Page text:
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Research Postgraduate Seminar

Watermoon Avalokiteshvara Paintings and their Viewers and Producers in East Asia

Date: 10 December 2020 (Thursday)
Time: 5:30-6:30pm
Venue: 7.58, Run Run Shaw Tower, Centennial Campus, HKU

Online attendance via Zoom is possible (click here for the zoom link)
Meeting ID: 979 3264 4258 (no password required)


Ever since its earliest inception in the metropolitan capitals of Luoyang and Chang’an of Tang China (618-907 CE), Watermoon Avalokiteshvara as a subject matter of depiction had spread to different polities of East Asia in the following centuries. Polities such as Wuyue (907-978 CE) and Song (960-1279 CE) in China continued to produce Watermoon Avalokiteshvara images, making stylistic and iconographic innovations that reflect the different preferences of the day. This image was also spread to Japan and Korea. By the 14th century, both Kamakura Japan (1192-1333 CE) and the Koryo Kingdom (918-1392 CE) in Korea had become important centres for consuming and producing images of Watermoon Avalokiteshvara.

In this presentation, I first argue how one should view Watermoon Avalokiteshvara paintings in the Five Dynasties and Ten Kingdoms (907-979 CE) and Song periods alongside contemporaneous art historical development. Most relevant to this discussion is landscape painting’s development as genre. I then revisit the Koryo examples and argue for a multi-identities perspective of viewing them both as representative of Koryo national style and within the context of the larger Yuan imperium (1271-1368 CE). This transnational perspective can also garner better understandings of what I termed Sino-Japanese examples found in 14th century Kamakura Japan. This presentation concludes with a close reading of two enigmatic examples of Watermoon Avalokiteshvara in the Nara National Museum and the Rijksmuseum collections in Japan and the Netherlands. I shall argue how these works are results of transnational exchanges.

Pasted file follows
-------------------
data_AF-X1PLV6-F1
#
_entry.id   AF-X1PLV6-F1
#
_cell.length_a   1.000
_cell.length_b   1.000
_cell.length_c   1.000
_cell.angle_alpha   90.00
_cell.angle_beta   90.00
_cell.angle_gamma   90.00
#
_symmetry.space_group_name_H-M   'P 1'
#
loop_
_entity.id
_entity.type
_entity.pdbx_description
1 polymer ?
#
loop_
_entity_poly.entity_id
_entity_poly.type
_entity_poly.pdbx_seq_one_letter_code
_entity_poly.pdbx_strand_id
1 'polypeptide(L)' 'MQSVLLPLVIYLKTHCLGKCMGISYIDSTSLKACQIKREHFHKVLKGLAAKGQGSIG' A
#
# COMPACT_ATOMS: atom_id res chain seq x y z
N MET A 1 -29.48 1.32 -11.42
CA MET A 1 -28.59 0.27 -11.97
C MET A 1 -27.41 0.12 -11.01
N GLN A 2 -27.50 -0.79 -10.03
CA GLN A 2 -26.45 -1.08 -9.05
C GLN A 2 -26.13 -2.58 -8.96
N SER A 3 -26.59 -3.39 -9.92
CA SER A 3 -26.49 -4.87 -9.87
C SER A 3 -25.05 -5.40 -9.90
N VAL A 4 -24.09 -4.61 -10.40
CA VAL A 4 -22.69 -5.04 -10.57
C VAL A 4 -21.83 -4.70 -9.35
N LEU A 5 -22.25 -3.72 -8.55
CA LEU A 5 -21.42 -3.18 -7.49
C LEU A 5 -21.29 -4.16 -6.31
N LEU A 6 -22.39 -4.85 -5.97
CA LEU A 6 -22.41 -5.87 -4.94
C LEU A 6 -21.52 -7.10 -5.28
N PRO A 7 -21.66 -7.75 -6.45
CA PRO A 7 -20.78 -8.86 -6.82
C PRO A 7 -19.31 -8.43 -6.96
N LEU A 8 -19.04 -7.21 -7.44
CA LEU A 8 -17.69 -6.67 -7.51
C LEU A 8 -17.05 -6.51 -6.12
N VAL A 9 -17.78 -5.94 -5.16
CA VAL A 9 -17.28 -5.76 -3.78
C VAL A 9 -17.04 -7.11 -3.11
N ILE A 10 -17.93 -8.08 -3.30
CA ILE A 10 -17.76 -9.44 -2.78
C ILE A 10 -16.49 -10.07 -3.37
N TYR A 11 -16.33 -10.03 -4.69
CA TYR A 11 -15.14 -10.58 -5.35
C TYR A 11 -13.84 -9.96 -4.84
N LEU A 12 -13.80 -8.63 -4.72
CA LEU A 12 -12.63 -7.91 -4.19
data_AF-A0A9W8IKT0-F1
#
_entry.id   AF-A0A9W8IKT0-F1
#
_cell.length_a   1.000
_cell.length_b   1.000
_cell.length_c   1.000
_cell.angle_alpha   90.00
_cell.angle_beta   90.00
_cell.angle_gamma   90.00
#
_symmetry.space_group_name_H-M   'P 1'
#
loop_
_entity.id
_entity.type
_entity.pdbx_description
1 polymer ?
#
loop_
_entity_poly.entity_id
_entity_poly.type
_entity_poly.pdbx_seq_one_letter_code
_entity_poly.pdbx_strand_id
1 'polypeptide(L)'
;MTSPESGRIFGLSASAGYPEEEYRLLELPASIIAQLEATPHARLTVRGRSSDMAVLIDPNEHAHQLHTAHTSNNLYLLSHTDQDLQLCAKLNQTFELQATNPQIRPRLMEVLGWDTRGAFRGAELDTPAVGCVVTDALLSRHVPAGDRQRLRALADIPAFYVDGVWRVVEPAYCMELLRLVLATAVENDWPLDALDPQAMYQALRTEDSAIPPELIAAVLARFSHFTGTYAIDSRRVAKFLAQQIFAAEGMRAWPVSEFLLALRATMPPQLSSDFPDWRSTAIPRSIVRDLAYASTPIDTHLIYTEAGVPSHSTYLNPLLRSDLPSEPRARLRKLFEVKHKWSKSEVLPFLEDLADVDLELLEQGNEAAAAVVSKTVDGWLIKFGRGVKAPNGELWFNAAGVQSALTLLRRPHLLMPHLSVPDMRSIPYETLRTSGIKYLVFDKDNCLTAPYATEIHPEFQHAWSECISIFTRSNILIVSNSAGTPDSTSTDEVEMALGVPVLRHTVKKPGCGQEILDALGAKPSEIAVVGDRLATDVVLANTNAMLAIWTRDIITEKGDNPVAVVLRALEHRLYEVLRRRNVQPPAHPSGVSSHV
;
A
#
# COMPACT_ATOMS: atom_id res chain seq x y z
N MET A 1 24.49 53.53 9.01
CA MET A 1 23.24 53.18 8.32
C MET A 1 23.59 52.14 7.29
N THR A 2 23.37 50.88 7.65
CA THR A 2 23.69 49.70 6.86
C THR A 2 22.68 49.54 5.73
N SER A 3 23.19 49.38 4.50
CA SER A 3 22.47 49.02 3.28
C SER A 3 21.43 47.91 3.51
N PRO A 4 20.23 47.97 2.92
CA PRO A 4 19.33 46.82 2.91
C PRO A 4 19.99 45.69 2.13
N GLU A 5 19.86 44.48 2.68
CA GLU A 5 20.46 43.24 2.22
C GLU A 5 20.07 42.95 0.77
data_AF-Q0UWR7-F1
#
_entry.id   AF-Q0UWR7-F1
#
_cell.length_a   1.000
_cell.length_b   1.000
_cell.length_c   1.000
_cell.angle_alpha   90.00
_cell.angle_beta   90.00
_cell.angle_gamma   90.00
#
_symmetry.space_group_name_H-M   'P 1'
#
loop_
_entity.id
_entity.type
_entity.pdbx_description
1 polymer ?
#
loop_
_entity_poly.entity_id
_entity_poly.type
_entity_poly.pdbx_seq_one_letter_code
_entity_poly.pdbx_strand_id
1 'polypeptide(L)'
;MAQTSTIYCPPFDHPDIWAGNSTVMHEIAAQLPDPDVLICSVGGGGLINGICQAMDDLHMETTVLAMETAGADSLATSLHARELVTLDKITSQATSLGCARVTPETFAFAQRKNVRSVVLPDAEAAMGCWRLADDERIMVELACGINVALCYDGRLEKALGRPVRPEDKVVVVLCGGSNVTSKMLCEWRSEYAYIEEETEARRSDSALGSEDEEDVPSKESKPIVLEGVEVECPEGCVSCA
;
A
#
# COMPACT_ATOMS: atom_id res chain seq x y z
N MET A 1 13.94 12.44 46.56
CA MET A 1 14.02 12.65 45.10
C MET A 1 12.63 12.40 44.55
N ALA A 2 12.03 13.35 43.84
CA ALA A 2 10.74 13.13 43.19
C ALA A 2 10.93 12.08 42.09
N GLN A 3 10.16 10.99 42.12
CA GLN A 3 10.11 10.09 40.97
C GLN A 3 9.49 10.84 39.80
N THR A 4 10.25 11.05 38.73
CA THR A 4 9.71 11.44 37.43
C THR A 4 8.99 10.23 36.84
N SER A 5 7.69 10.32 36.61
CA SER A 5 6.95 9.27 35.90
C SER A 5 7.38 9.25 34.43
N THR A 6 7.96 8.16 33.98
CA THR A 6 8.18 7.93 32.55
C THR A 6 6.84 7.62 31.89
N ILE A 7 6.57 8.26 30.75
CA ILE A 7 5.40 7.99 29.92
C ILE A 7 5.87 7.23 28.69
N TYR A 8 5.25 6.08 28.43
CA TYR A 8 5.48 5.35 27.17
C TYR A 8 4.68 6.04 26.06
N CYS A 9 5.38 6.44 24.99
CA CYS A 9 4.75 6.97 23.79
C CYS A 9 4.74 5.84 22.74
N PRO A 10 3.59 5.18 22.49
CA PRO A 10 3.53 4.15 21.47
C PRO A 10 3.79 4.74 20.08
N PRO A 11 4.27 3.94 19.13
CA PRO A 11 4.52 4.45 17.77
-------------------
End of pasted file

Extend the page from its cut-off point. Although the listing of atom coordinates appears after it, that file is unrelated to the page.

Mr. Konstance Chuntung Li is a final year doctoral student at the Department of Art History, University of Hong Kong. He holds a M.St. in Archaeology from the University of Oxford. His current research has received generous support from the Japan Foundation and is a comprehensive study that examines Watermoon Avalokiteshvara paintings in East Asia from the 9th to the 14th centuries. At present, Mr. Li is also a member of the National Gallery Singapore’s Language Panel.

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